View from A Virtual Creek, Post Twenty-four

Pronghorn Dreaming

[author] [author_image timthumb=’on’][/author_image] [author_info]Larry Weishuhn is a widely known writer, speaker, raconteur and world hunter. He co-hosts “DSC’s Trailing the Hunter’s Moon” on Pursuit Channel, CarbonTV and the show’s YouTube Channel.[/author_info] [/author]


P-r-o-n-g-h-o-r-n  A-n-t-e-l-o-p-e!  The unique, truly American dweller of the western plains is a huge wildlife management success, saved from extinction through the commitment, efforts and dollars of hunters.  Unique in many ways, but specifically in the fact the pronghorn is the only true horned animal that annually sheds its outer horns sheaths and grows back another from the core underneath. Too, our pronghorn is the only antelope that develops pronged horns.


The species’ large eyes serve the pronghorn extremely well in detecting danger at long range. His kind’s increased lung capacity and his built for speed body help make the pronghorn the fastest land animal in North America.


The buck’s dark horns and cheek patch contrast the rest of his body of white and reddish-tan coloration.  To say his kind is “the dandy of the plains” is somewhat of an understatement.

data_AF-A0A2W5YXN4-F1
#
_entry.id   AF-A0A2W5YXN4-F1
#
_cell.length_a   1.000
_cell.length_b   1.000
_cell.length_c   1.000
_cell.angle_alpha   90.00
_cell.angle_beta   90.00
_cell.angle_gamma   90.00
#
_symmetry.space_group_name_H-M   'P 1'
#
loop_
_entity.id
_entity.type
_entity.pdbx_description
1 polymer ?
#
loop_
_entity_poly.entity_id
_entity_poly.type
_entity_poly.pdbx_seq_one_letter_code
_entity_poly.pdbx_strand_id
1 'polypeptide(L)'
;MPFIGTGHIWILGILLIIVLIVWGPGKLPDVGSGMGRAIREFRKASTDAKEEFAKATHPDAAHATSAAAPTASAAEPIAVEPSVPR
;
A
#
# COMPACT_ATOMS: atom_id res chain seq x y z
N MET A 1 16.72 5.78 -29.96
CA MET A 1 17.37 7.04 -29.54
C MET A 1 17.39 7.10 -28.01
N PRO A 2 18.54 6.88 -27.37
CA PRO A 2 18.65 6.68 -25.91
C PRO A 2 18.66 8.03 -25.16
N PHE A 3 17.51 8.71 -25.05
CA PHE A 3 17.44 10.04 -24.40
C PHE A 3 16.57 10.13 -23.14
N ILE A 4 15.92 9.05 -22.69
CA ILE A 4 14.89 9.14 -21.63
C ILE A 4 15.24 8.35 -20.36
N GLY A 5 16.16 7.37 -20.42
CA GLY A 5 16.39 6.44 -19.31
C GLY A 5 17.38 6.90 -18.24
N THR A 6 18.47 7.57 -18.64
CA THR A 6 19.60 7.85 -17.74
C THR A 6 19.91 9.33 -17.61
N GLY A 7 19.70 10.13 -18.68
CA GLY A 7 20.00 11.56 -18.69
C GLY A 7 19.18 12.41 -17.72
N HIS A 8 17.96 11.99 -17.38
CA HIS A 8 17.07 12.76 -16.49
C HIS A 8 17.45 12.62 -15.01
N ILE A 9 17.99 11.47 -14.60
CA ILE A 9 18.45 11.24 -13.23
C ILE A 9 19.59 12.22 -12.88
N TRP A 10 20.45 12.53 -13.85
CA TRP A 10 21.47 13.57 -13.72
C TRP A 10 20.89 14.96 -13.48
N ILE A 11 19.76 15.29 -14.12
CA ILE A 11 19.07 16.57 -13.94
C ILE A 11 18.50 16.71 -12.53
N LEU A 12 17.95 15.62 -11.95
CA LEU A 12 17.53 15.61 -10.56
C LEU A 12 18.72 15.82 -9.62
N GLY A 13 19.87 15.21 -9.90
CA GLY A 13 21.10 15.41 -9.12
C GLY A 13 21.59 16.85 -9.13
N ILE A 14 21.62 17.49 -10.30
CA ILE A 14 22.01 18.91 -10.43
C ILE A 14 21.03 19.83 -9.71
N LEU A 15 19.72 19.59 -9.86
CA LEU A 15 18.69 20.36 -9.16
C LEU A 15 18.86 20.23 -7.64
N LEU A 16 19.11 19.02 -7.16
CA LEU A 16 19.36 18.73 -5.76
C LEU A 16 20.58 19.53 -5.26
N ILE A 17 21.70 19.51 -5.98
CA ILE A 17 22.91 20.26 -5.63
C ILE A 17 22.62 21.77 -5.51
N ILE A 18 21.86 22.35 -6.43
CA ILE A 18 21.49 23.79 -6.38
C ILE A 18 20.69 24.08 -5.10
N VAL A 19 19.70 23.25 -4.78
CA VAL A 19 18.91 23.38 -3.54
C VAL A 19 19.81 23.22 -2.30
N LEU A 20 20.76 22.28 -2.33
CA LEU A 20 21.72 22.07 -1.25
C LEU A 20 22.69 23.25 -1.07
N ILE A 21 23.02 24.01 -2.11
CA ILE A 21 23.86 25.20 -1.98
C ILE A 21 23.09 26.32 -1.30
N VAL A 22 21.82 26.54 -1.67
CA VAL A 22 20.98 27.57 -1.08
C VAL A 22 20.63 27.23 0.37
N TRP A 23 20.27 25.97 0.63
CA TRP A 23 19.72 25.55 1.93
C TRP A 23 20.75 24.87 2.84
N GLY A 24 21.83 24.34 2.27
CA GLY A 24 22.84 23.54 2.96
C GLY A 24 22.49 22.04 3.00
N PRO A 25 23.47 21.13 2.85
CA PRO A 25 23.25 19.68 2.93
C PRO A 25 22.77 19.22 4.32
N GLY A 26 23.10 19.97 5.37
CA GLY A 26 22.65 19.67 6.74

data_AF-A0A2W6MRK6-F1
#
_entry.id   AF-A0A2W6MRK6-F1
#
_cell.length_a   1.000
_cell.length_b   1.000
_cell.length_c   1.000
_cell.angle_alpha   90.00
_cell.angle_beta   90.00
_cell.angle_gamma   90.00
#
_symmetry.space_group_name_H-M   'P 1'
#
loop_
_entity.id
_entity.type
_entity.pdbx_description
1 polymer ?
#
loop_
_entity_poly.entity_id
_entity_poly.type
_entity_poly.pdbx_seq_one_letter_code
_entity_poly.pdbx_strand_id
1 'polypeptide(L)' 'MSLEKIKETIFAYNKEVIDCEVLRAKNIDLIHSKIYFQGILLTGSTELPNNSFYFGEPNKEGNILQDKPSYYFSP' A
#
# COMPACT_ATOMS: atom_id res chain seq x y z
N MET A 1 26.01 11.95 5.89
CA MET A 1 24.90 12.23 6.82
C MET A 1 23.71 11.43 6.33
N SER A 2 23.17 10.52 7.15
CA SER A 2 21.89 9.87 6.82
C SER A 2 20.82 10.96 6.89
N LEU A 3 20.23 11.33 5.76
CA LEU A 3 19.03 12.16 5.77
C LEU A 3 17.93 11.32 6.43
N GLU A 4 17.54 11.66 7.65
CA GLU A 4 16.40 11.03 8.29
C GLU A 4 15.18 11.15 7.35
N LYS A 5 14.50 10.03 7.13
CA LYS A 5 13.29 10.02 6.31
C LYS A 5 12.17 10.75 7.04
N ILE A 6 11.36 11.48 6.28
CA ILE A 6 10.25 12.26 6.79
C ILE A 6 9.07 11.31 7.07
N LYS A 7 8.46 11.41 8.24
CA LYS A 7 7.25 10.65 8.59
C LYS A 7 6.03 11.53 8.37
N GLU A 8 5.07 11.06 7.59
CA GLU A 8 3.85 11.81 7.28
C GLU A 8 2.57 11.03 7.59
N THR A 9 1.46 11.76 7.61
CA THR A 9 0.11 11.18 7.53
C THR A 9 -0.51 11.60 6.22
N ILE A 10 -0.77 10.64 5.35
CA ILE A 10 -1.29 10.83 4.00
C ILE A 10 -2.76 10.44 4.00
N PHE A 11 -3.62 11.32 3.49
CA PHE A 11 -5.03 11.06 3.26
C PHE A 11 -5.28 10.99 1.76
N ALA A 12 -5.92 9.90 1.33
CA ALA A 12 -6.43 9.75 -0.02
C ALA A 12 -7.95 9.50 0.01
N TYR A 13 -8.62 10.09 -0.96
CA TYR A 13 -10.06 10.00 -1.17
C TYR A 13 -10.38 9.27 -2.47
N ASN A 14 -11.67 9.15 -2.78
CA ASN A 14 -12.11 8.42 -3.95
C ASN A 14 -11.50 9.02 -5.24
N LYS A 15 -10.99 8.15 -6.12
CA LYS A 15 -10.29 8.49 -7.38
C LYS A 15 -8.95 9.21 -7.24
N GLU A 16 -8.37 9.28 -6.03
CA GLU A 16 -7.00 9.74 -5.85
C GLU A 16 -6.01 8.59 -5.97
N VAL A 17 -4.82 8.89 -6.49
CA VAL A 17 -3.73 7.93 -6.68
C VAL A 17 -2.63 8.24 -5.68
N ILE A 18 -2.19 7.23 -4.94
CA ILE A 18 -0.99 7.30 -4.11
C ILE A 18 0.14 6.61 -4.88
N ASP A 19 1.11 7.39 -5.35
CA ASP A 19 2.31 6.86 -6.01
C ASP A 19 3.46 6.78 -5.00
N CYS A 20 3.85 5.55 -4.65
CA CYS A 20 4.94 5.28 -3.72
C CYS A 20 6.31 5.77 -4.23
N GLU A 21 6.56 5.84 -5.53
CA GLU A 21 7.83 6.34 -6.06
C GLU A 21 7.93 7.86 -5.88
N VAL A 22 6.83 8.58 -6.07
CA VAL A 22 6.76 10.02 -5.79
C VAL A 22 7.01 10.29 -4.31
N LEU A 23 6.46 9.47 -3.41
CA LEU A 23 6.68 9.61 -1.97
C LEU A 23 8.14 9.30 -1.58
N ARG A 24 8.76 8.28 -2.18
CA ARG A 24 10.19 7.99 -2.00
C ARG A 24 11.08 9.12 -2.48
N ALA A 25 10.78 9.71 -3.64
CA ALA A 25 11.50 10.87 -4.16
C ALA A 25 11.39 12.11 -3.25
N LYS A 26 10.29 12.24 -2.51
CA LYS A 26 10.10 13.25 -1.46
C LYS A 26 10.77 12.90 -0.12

Challenging to hunt?  Without a doubt, but huge fun!  Over the years I have pursued his kind in Texas, New Mexico, Colorado and Wyoming with rifle, muzzleloader and handgun.  Good Lord willing, I will continue doing so!



During the fall of 2019 I took my biggest pronghorn hunting with Greg Simons’ Wildlife Systems ( in western Texas near the town of Marathon. My buck had 17 1/2-inch horns with good prongs and mass. I shot the buck with a .257 Roberts Ruger No. 1 RSI, topped with a Trijicon AccuPoint scope, shooting Hornady’s 117 grain SST ammo at appropriately, 257 yards.  The article about the hunt appeared in DSC’s Game Trails.


I plan on hunting the same property with Wildlife Systems again this coming fall.  During the past hunt my guide, Don Richardson, and I found another buck that with some luck could easily have horns at least 17-inches in length with far-reaching prongs.  We also hunted a buck in 2019 which prior to my arrival Don had seen numerous times, but we never found, a buck that had horns with four prongs, forward and back.  Hopefully, we can at least see this unique buck this year.  And, who knows what elsemay possibly show up.

Recently I have been catching myself daydreaming about the upcoming pronghorn hunt and wondering if I should again use the same .257 Roberts No. 1, or possibly another.  Decisions, decisions, decision…





Regardless of what is going on in the world, there are always small things, of beauty and splendor, for us to enjoy, admire and appreciate!

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